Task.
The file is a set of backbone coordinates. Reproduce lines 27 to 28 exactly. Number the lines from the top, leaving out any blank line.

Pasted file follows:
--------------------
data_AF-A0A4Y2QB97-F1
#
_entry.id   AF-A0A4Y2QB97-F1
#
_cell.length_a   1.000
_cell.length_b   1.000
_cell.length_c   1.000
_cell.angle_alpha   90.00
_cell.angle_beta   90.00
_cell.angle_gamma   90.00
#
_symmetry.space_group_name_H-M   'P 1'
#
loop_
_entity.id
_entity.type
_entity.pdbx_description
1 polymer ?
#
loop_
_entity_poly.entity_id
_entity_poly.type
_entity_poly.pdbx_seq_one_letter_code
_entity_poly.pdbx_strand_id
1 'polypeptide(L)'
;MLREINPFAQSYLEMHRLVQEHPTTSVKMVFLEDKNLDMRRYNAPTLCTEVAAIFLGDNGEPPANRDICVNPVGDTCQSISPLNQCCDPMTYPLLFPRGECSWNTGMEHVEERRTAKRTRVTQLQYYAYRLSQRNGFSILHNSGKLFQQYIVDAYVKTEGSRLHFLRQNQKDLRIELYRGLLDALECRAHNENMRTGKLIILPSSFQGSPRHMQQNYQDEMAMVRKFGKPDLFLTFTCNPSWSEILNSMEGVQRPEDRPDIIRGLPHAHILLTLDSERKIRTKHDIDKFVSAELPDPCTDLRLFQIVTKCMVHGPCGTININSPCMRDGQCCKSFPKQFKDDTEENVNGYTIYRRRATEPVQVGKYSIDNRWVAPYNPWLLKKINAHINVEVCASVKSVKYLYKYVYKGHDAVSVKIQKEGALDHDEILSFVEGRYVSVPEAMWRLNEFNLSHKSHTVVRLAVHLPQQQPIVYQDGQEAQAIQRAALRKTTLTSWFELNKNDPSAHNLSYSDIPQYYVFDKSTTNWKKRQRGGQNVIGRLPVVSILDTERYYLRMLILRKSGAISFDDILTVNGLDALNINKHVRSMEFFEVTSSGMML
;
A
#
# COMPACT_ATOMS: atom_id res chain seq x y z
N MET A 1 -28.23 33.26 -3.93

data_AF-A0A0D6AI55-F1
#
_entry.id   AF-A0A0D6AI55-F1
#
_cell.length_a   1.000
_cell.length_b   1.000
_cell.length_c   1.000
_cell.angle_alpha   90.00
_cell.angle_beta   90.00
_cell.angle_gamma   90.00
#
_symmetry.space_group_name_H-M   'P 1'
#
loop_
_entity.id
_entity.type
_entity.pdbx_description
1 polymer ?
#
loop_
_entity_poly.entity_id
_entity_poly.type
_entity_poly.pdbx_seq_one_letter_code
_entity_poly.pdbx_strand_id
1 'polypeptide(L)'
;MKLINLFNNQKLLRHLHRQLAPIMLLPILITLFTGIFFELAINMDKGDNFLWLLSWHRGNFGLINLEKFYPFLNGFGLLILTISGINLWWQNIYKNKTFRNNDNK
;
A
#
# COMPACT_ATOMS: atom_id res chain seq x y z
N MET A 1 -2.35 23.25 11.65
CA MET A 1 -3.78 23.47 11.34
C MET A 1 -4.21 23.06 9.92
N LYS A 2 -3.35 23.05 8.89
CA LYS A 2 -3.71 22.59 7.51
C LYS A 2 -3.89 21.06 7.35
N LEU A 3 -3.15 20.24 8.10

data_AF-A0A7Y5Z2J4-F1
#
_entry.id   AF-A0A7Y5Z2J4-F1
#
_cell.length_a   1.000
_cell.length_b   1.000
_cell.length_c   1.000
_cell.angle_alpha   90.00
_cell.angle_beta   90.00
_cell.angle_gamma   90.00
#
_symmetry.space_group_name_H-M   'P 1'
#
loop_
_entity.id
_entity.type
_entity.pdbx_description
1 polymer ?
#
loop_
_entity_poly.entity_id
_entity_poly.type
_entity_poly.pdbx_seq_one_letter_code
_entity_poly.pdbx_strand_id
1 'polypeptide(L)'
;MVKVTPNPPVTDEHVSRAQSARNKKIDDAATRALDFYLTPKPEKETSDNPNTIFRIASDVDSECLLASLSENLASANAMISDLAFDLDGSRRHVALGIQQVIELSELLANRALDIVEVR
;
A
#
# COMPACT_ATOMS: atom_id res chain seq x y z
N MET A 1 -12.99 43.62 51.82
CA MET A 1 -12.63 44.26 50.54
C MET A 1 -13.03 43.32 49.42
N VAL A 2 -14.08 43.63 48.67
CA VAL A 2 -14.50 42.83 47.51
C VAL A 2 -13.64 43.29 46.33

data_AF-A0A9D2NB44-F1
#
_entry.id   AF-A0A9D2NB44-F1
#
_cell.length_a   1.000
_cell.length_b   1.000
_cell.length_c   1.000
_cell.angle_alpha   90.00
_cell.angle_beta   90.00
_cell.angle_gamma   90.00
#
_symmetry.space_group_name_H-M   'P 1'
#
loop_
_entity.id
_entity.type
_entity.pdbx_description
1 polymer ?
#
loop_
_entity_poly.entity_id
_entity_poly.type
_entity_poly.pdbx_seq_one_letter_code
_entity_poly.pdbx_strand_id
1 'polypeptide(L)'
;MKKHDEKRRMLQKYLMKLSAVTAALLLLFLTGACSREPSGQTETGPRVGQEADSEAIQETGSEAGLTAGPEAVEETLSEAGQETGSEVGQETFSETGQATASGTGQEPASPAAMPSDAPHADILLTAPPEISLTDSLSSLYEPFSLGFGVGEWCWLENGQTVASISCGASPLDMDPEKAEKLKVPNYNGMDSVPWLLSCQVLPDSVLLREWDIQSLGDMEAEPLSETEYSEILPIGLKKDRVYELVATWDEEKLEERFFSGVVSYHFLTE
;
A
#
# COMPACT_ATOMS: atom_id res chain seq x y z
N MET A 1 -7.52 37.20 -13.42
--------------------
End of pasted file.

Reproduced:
;
A